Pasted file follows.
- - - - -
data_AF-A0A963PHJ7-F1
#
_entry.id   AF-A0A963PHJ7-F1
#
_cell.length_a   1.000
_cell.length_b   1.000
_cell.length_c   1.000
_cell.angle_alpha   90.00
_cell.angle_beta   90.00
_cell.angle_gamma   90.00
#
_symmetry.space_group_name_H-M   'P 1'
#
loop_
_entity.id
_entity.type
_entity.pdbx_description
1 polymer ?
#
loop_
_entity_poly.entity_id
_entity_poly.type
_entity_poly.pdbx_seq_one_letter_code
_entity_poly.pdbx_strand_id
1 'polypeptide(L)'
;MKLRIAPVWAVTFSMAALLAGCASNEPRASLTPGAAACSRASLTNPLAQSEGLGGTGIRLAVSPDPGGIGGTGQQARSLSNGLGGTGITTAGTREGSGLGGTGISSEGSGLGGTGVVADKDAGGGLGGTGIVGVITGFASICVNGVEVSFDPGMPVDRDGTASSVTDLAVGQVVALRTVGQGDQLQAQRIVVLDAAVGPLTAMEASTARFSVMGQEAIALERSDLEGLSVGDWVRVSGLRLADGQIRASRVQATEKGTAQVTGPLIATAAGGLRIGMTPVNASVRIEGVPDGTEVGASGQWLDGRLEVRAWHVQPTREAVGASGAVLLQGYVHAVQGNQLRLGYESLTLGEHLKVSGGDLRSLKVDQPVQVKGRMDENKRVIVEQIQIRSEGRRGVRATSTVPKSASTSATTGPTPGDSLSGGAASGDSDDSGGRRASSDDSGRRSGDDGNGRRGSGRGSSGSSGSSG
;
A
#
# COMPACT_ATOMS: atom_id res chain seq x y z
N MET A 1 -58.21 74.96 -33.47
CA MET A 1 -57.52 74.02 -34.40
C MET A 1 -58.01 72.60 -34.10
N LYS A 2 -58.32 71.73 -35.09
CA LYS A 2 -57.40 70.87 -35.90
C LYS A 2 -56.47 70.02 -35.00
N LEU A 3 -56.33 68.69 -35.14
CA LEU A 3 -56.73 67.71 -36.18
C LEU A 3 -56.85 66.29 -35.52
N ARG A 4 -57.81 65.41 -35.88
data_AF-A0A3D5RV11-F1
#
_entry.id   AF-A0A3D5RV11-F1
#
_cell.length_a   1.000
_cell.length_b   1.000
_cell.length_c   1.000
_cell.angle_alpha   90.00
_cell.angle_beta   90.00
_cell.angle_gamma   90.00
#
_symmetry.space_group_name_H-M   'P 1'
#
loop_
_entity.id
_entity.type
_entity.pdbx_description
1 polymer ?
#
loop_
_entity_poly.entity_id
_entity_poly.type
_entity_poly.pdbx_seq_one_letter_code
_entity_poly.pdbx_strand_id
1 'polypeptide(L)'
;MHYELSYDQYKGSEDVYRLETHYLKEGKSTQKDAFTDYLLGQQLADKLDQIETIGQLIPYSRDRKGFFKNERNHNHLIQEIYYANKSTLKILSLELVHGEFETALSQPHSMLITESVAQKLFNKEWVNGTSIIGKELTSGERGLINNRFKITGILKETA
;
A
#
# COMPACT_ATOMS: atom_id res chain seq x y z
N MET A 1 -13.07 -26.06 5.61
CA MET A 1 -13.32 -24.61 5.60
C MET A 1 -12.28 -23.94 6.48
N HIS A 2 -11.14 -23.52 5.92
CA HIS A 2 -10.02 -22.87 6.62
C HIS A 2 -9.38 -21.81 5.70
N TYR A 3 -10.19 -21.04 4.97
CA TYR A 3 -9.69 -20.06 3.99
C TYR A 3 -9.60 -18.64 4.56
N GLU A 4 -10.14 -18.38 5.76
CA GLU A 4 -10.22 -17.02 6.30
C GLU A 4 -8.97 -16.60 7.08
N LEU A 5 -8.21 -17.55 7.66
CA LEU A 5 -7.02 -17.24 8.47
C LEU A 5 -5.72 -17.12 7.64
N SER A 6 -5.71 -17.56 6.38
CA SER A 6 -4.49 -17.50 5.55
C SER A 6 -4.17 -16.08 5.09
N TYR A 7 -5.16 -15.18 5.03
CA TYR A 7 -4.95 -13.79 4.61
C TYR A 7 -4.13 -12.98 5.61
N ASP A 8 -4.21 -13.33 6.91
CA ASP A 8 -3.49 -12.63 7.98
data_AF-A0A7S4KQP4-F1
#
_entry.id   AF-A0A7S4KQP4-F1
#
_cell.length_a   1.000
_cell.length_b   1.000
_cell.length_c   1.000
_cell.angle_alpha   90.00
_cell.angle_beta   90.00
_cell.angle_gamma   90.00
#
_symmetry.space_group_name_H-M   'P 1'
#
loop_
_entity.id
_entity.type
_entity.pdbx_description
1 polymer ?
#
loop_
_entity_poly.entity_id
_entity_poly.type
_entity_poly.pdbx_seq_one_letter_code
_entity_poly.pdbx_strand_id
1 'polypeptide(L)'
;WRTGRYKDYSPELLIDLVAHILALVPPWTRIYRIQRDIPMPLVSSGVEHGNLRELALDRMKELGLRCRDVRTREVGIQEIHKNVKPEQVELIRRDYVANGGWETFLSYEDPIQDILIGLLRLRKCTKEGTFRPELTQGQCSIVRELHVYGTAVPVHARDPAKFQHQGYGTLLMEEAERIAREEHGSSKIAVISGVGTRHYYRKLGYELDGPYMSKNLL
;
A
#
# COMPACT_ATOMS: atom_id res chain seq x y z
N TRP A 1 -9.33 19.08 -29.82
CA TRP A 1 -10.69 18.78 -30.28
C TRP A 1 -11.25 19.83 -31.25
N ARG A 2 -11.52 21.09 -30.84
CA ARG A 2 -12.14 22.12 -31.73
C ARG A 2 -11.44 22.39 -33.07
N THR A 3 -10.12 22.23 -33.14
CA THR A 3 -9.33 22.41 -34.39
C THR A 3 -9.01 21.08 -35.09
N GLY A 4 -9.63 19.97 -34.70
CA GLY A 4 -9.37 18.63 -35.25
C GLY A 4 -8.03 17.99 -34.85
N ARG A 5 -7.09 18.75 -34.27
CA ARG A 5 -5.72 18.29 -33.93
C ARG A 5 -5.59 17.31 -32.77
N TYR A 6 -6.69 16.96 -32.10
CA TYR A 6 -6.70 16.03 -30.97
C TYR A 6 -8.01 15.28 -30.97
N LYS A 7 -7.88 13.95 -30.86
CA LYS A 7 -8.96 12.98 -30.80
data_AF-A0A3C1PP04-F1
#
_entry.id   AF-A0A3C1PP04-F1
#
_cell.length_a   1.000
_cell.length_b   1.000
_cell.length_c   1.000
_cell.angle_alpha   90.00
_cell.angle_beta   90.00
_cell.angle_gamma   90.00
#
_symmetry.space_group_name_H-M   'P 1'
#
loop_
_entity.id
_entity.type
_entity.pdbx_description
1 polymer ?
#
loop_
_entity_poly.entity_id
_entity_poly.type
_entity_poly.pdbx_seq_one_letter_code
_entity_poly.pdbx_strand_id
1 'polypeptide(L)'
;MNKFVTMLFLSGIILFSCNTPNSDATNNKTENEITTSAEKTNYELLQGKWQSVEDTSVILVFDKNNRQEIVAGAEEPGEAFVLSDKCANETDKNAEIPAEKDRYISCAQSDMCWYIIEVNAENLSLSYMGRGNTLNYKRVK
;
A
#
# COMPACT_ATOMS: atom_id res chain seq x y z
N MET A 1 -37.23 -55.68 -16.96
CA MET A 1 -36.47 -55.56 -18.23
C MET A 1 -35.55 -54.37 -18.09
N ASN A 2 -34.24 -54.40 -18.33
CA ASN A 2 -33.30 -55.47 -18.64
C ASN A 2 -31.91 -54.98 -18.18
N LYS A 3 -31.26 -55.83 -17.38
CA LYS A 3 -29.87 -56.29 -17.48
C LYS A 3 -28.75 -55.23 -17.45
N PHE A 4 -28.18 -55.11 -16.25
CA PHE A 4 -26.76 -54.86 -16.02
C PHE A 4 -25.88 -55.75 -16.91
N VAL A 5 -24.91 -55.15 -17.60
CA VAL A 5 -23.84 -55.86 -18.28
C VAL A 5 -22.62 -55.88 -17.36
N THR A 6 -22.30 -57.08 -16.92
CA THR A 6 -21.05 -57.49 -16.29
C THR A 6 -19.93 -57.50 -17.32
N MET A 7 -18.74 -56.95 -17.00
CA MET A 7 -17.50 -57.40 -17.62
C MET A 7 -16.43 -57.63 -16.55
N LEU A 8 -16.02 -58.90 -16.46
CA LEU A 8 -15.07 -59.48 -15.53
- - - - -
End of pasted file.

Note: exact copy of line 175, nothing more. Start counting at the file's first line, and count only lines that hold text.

CA MET A 1 -36.47 -55.56 -18.23